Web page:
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What seemed like an absurd fantasy mere days ago has become reality.
First, the New York Jets convinced Brett Favre they were worth his energy. Then they offered the Green Bay Packers enough to beat out the Tampa Bay Buccaneers and close the deal.
The Jets, inspired by neither Chad Pennington nor Kellen Clemens, acquired the charismatic leader they sorely needed to galvanize a revamped roster and make a run into the playoffs. The cost was believed to be a fourth-round draft pick that increases in value depending on how the Jets perform in the 2008 season. According to the NFL Network, if Favre takes 50 percent of total snaps with the Jets in 2008, the fourth-rounder becomes a third-round pick. If he gets 70 percent of the snaps and the Jets make the playoffs, it becomes a second-round pick; and if he gets 80 percent of snaps and the Jets make the Super Bowl, it becomes a first-round pick.
And, rest assured, this move makes the rest of the AFC East nervous. Teams knew they could stop Pennington or Clemens.
Favre's presence not only improves the offense; it shapes a franchise-wide mentality that anything is possible.
The Jets' front office had been satisfied with the rest of their roster, especially their upgrades on the offensive line and their defensive front seven. But they were anxious about their most important position. They privately wanted Clemens to seize the job, but he didn't respond. Pennington, a player who openly wondered if the Jets wanted him to lose the competition, was a little better -- and that wasn't acceptable.
The other players felt it. None of the quarterbacks in camp offered credibility in their teammates' eyes. The holdovers watched Pennington and Clemens struggle during a 4-12 season. The big-ticket newcomers -- many of them handpicked for their wisdom -- were leery by what they saw so far in camp.
Jets coach Eric Mangini, on the eve of their preseason opener Thursday night in Cleveland, refused to announce a starter for the game.
Favre, however, would have been an improvement even if Clemens had established any sort of authority.
Favre will turn 39 in October, but he is coming off a sensational season. He completed 66.5 percent of his passes for 4,155 yards and 28 touchdowns with 15 interceptions. He had a 95.7 passer rating, the third-best of his career and his highest since 1996.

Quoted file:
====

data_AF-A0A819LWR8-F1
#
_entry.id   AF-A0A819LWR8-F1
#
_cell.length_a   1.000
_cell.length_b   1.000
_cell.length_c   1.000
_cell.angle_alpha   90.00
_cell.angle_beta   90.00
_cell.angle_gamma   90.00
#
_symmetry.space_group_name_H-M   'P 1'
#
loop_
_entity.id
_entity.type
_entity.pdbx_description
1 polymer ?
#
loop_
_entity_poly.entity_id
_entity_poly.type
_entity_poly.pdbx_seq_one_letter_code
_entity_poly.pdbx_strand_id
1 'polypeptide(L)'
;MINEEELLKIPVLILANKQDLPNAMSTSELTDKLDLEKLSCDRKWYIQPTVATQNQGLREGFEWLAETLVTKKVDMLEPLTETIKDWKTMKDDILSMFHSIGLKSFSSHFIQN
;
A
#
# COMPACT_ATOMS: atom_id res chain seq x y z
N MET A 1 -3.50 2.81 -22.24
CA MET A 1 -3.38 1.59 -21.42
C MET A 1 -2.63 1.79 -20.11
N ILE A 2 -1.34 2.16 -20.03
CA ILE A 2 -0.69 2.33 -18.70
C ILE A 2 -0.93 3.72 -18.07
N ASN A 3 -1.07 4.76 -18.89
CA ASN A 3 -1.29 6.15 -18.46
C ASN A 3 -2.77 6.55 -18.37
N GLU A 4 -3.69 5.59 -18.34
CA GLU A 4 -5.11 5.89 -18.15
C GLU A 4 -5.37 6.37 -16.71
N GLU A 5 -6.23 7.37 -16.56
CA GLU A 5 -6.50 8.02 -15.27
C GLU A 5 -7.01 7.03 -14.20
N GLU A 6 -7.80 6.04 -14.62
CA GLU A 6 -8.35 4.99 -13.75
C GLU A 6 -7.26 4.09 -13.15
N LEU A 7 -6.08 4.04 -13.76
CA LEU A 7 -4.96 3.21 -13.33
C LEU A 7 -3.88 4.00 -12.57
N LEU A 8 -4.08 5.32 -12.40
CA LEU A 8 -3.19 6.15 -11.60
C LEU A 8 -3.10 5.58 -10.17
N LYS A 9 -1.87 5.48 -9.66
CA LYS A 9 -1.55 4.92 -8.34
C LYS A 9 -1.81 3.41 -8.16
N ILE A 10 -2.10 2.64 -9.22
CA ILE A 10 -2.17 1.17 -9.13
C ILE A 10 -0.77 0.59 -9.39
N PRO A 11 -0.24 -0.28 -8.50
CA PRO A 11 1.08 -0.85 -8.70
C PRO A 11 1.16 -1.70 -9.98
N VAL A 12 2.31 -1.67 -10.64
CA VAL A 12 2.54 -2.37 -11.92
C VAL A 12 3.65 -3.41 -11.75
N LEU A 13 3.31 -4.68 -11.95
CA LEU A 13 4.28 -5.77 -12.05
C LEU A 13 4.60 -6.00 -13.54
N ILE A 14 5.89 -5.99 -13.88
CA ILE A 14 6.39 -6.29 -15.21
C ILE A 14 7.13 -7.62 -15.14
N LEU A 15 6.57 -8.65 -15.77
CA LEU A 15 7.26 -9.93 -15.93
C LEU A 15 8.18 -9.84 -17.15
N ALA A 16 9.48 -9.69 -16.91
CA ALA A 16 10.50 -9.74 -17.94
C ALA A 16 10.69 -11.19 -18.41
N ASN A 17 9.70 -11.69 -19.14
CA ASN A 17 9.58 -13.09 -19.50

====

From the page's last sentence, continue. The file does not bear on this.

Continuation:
Here's a little perspective: Favre last year would have set Jets franchise records for completions and passing yardage and would have been one touchdown short of tying that mark, too.
The Jets are bent on reaching the postseason and becoming relevant again in a market dominated by the New York Yankees and the defending Super Bowl
champion New York Giants.
For starters, the Jets brought in perennial Pro Bowl left guard Alan Faneca, right tackle Damien Woody, fullback Tony Richardson and outside linebacker Calvin Pace. They traded two draft picks for run stuffer Kris Jenkins.
Jets owner Woody Johnson ran the risk of throwing away his investments without a quarterback who could bring it all together.
Now, they have that man.
There was a sense of urgency on all sides to strike a deal. The Packers needed to unload the sports world's biggest sideshow and end a story line that was trumping the Olympics.
The Jets needed to bring in Favre as soon as possible to learn the offense. They made the trade 32 days before they'll open their season Sept. 7 at the Miami Dolphins.
Mangini and his staff believe he can pick up about 50 or 60 percent of the playbook, enough to run a capable game plan. Suffice to say, Favre at 60 percent will elicit grins from Laveranues Coles and Jerricho Cotchery.
Favre hasn't worked with Jets offensive coordinator Brian Schottenheimer or quarterbacks coach Brian Daboll, but he should be familiar with the work of assistant head coach and offensive line coach Bill Callahan.
Callahan was the Oakland Raiders' offensive coordinator under Jon Gruden, who was an offensive assistant with the Packers from 1992 through 1994. Callahan surely will be pivotal in helping Favre assimilate from an offense he knew cold to another one.
An extra benefit of the deal is Favre's likely influence on Clemens, a third-year pro from Oregon who won the job from Pennington last year but performed unconvincingly.
Clemens has the potential but simply isn't ready. A season or two under Favre should do wonders for the kid's development.
Pennington is likely gone. Clemens is 25 and was drafted by the current front office. Pennington is 32 and makes too much money for a player the front office doesn't trust with the job.
Favre gives the Jets a whole lot of what they were lacking. He brings unquestioned leadership, an impeccable resume and a playful swagger his teammates will embrace.
The Jets pulled it off.
If Favre can pull the Jets into the playoffs, he will have been worth all the fuss.